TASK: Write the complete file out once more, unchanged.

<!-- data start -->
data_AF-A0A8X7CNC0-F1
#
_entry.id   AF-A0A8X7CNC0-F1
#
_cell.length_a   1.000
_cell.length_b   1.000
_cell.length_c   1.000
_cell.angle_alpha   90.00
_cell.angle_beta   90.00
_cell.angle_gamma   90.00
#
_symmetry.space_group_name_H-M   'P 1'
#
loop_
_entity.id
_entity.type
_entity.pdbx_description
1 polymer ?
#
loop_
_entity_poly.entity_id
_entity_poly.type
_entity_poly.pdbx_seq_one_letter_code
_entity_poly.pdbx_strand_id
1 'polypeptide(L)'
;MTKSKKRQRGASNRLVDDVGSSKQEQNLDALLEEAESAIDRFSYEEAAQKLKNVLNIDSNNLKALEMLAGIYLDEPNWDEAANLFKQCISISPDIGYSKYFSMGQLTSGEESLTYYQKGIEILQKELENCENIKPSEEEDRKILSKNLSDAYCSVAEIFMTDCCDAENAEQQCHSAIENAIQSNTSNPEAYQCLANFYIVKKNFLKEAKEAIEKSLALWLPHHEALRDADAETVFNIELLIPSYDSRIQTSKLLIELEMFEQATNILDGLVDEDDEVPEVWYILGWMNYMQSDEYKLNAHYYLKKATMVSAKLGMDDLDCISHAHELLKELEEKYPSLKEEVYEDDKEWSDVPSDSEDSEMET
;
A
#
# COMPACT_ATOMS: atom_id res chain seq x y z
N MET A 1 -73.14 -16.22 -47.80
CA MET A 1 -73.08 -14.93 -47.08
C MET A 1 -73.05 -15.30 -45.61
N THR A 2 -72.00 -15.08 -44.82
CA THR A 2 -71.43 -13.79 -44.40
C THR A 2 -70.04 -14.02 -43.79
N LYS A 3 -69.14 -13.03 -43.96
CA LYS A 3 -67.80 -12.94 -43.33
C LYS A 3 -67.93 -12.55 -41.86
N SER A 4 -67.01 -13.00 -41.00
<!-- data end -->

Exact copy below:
data_AF-A0A8X7CNC0-F1
#
_entry.id   AF-A0A8X7CNC0-F1
#
_cell.length_a   1.000
_cell.length_b   1.000
_cell.length_c   1.000
_cell.angle_alpha   90.00
_cell.angle_beta   90.00
_cell.angle_gamma   90.00
#
_symmetry.space_group_name_H-M   'P 1'
#
loop_
_entity.id
_entity.type
_entity.pdbx_description
1 polymer ?
#
loop_
_entity_poly.entity_id
_entity_poly.type
_entity_poly.pdbx_seq_one_letter_code
_entity_poly.pdbx_strand_id
1 'polypeptide(L)'
;MTKSKKRQRGASNRLVDDVGSSKQEQNLDALLEEAESAIDRFSYEEAAQKLKNVLNIDSNNLKALEMLAGIYLDEPNWDEAANLFKQCISISPDIGYSKYFSMGQLTSGEESLTYYQKGIEILQKELENCENIKPSEEEDRKILSKNLSDAYCSVAEIFMTDCCDAENAEQQCHSAIENAIQSNTSNPEAYQCLANFYIVKKNFLKEAKEAIEKSLALWLPHHEALRDADAETVFNIELLIPSYDSRIQTSKLLIELEMFEQATNILDGLVDEDDEVPEVWYILGWMNYMQSDEYKLNAHYYLKKATMVSAKLGMDDLDCISHAHELLKELEEKYPSLKEEVYEDDKEWSDVPSDSEDSEMET
;
A
#
# COMPACT_ATOMS: atom_id res chain seq x y z
N MET A 1 -73.14 -16.22 -47.80
CA MET A 1 -73.08 -14.93 -47.08
C MET A 1 -73.05 -15.30 -45.61
N THR A 2 -72.00 -15.08 -44.82
CA THR A 2 -71.43 -13.79 -44.40
C THR A 2 -70.04 -14.02 -43.79
N LYS A 3 -69.14 -13.03 -43.96
CA LYS A 3 -67.80 -12.94 -43.33
C LYS A 3 -67.93 -12.55 -41.86
N SER A 4 -67.01 -13.00 -41.00